An antae temple, also a distyle in antis temple, is a special name given to a type of ancient Greek or Roman temple that has side walls that extend to form a porch at the front or rear (or both) and terminated in structural pillars that were called the antae. If columns were placed in advance of the walls or antae, the temple was termed prostyle and if columns surrounded the temple it was termed peripteral.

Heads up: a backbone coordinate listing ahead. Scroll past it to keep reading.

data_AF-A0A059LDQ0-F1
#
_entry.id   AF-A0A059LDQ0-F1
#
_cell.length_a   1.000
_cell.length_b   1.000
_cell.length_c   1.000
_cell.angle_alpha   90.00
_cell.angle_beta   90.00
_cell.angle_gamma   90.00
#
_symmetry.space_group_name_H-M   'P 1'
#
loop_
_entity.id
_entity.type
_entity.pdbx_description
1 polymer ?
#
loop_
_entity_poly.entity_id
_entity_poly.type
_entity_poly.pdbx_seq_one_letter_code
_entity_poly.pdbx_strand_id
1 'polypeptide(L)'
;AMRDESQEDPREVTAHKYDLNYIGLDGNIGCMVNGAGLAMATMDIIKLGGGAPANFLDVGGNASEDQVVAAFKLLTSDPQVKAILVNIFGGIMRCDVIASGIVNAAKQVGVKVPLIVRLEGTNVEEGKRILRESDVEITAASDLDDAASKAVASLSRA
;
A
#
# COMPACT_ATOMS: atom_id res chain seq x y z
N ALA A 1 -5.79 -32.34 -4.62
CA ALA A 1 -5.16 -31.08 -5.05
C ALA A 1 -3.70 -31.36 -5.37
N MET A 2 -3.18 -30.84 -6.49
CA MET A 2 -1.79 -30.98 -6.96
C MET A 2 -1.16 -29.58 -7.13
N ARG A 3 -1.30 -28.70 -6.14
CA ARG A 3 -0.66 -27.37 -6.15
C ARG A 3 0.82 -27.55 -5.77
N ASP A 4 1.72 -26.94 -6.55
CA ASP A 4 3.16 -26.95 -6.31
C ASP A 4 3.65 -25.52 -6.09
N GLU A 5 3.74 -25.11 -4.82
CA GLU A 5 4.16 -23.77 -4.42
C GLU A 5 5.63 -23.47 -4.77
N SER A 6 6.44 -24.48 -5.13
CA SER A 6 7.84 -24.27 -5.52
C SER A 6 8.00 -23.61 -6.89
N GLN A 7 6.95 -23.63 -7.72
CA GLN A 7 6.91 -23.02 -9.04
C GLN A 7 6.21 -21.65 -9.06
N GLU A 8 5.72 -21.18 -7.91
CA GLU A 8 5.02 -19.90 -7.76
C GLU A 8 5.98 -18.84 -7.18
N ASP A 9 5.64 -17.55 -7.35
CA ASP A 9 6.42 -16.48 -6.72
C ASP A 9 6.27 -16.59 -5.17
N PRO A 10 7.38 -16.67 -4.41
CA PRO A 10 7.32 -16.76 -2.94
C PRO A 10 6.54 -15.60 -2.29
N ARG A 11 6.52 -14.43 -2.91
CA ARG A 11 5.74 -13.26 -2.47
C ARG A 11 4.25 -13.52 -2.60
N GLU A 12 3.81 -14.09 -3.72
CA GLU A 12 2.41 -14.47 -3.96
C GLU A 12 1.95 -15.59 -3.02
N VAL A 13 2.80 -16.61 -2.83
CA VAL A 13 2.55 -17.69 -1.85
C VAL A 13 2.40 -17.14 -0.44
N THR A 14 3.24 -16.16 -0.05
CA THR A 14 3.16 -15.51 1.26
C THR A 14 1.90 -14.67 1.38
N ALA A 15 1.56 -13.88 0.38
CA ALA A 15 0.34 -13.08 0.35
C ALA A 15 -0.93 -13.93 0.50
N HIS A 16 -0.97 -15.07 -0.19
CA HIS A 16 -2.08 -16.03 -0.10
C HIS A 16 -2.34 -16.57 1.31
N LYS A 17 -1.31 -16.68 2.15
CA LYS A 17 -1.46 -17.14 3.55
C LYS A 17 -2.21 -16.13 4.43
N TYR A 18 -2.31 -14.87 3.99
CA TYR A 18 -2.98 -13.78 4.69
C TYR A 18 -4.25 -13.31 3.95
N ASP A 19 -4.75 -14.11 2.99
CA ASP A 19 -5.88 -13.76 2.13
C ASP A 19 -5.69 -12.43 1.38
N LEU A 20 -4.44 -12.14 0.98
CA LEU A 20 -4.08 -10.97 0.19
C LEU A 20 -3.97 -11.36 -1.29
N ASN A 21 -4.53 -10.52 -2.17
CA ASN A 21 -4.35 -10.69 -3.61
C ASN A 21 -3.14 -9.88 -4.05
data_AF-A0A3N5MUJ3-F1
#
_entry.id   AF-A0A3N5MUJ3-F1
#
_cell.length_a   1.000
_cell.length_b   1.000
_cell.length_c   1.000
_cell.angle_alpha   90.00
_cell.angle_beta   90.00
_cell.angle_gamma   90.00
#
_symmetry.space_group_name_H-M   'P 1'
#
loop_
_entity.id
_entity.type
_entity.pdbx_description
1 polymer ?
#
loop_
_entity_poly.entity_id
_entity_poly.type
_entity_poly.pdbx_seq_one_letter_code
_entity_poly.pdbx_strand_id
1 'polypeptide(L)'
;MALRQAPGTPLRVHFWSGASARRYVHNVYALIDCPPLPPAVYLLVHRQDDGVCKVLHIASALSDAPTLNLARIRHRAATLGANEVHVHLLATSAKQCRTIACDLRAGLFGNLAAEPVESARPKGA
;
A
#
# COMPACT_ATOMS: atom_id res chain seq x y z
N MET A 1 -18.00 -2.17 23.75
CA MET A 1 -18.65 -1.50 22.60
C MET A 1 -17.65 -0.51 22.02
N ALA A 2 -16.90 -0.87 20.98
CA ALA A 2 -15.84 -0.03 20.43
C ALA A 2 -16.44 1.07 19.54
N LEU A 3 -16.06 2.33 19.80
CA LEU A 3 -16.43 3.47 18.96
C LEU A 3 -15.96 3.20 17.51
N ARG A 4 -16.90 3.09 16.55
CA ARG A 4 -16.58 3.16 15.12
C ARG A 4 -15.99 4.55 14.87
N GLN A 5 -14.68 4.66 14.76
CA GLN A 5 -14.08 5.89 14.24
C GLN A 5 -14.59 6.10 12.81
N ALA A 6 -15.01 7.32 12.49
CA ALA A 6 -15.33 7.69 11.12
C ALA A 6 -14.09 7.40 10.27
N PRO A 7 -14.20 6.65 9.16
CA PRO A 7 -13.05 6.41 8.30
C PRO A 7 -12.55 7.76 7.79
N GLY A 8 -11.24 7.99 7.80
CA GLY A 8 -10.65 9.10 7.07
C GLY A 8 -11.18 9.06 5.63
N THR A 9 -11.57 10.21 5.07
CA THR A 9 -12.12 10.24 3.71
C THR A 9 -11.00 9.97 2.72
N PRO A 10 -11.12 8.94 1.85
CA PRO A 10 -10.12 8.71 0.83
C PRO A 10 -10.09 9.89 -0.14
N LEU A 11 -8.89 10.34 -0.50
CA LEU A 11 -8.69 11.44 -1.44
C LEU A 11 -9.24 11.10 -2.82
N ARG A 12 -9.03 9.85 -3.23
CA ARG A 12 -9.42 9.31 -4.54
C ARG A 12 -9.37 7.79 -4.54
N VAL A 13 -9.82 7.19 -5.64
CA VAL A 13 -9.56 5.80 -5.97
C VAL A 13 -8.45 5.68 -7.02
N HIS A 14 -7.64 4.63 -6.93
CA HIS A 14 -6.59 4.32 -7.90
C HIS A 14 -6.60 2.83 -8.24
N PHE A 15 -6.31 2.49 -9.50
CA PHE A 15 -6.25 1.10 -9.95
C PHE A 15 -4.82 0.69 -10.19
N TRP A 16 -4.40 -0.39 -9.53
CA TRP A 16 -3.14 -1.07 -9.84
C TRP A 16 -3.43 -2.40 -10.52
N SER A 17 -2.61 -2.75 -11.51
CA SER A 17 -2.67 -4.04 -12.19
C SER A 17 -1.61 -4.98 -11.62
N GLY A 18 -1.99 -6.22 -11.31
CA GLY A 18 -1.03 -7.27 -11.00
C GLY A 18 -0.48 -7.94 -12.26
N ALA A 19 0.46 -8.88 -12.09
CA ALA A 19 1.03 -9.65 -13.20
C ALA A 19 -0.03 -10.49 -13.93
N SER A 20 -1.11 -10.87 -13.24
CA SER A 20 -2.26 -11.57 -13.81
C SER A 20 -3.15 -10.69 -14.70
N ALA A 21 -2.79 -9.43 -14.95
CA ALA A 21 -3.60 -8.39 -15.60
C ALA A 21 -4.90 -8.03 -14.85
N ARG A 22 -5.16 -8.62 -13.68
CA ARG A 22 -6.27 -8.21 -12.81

- Henry Ellis (sir); British museum dept. of Gr. and Rom. antiq (1833). The British museum. Elgin and Phigaleian marbles (by Sir. H. Ellis). Charles Knight. pp. 72–. Retrieved 25 October 2012.
- Taylor, G. (1971). The Roman temples of Lebanon: a pictorial guide. Les temples romains au Liban; guide illustré. Dar el-Machreq Publishers. Retrieved 25 October 2012.